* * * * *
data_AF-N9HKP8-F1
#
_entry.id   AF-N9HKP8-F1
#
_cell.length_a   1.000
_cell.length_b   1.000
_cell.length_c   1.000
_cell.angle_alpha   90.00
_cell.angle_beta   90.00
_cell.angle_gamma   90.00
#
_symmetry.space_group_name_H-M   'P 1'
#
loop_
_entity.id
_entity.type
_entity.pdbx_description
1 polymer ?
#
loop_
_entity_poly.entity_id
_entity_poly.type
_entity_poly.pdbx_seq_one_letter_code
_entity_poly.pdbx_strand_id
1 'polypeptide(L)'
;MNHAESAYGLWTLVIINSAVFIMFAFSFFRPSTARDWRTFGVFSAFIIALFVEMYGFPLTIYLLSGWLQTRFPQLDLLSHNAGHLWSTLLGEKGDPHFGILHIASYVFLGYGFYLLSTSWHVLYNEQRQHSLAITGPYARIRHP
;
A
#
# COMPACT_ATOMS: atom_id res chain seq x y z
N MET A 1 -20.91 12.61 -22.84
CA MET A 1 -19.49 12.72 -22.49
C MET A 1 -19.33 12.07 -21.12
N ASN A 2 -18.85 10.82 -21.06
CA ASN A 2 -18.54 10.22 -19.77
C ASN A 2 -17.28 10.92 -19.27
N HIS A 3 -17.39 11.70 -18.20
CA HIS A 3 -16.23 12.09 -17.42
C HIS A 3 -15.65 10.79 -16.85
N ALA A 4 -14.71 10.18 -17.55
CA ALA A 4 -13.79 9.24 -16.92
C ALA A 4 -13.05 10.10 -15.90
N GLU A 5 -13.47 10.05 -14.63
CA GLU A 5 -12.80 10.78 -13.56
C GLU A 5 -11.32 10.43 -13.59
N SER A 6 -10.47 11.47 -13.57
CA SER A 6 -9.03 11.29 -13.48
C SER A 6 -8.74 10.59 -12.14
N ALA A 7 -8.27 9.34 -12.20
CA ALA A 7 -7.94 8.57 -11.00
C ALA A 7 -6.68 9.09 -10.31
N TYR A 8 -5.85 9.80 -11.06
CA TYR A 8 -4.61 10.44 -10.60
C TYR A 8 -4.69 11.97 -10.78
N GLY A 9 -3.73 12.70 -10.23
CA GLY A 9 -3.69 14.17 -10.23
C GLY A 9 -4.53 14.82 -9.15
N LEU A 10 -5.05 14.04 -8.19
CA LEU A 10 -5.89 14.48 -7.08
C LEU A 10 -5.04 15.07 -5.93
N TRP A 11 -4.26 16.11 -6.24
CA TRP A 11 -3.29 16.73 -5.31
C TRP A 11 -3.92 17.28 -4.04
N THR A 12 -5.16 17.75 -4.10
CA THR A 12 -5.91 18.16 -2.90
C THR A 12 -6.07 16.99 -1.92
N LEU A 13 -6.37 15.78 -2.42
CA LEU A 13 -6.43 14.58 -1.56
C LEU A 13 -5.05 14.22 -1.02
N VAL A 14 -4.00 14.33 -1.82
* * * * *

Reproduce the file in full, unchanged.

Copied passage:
data_AF-N9HKP8-F1
#
_entry.id   AF-N9HKP8-F1
#
_cell.length_a   1.000
_cell.length_b   1.000
_cell.length_c   1.000
_cell.angle_alpha   90.00
_cell.angle_beta   90.00
_cell.angle_gamma   90.00
#
_symmetry.space_group_name_H-M   'P 1'
#
loop_
_entity.id
_entity.type
_entity.pdbx_description
1 polymer ?
#
loop_
_entity_poly.entity_id
_entity_poly.type
_entity_poly.pdbx_seq_one_letter_code
_entity_poly.pdbx_strand_id
1 'polypeptide(L)'
;MNHAESAYGLWTLVIINSAVFIMFAFSFFRPSTARDWRTFGVFSAFIIALFVEMYGFPLTIYLLSGWLQTRFPQLDLLSHNAGHLWSTLLGEKGDPHFGILHIASYVFLGYGFYLLSTSWHVLYNEQRQHSLAITGPYARIRHP
;
A
#
# COMPACT_ATOMS: atom_id res chain seq x y z
N MET A 1 -20.91 12.61 -22.84
CA MET A 1 -19.49 12.72 -22.49
C MET A 1 -19.33 12.07 -21.12
N ASN A 2 -18.85 10.82 -21.06
CA ASN A 2 -18.54 10.22 -19.77
C ASN A 2 -17.28 10.92 -19.27
N HIS A 3 -17.39 11.70 -18.20
CA HIS A 3 -16.23 12.09 -17.42
C HIS A 3 -15.65 10.79 -16.85
N ALA A 4 -14.71 10.18 -17.55
CA ALA A 4 -13.79 9.24 -16.92
C ALA A 4 -13.05 10.10 -15.90
N GLU A 5 -13.47 10.05 -14.63
CA GLU A 5 -12.80 10.78 -13.56
C GLU A 5 -11.32 10.43 -13.59
N SER A 6 -10.47 11.47 -13.57
CA SER A 6 -9.03 11.29 -13.48
C SER A 6 -8.74 10.59 -12.14
N ALA A 7 -8.27 9.34 -12.20
CA ALA A 7 -7.94 8.57 -11.00
C ALA A 7 -6.68 9.09 -10.31
N TYR A 8 -5.85 9.80 -11.06
CA TYR A 8 -4.61 10.44 -10.60
C TYR A 8 -4.69 11.97 -10.78
N GLY A 9 -3.73 12.70 -10.23
CA GLY A 9 -3.69 14.17 -10.23
C GLY A 9 -4.53 14.82 -9.15
N LEU A 10 -5.05 14.04 -8.19
CA LEU A 10 -5.89 14.48 -7.08
C LEU A 10 -5.04 15.07 -5.93
N TRP A 11 -4.26 16.11 -6.24
CA TRP A 11 -3.29 16.73 -5.31
C TRP A 11 -3.92 17.28 -4.04
N THR A 12 -5.16 17.75 -4.10
CA THR A 12 -5.91 18.16 -2.90
C THR A 12 -6.07 16.99 -1.92
N LEU A 13 -6.37 15.78 -2.42
CA LEU A 13 -6.43 14.58 -1.56
C LEU A 13 -5.05 14.22 -1.02
N VAL A 14 -4.00 14.33 -1.82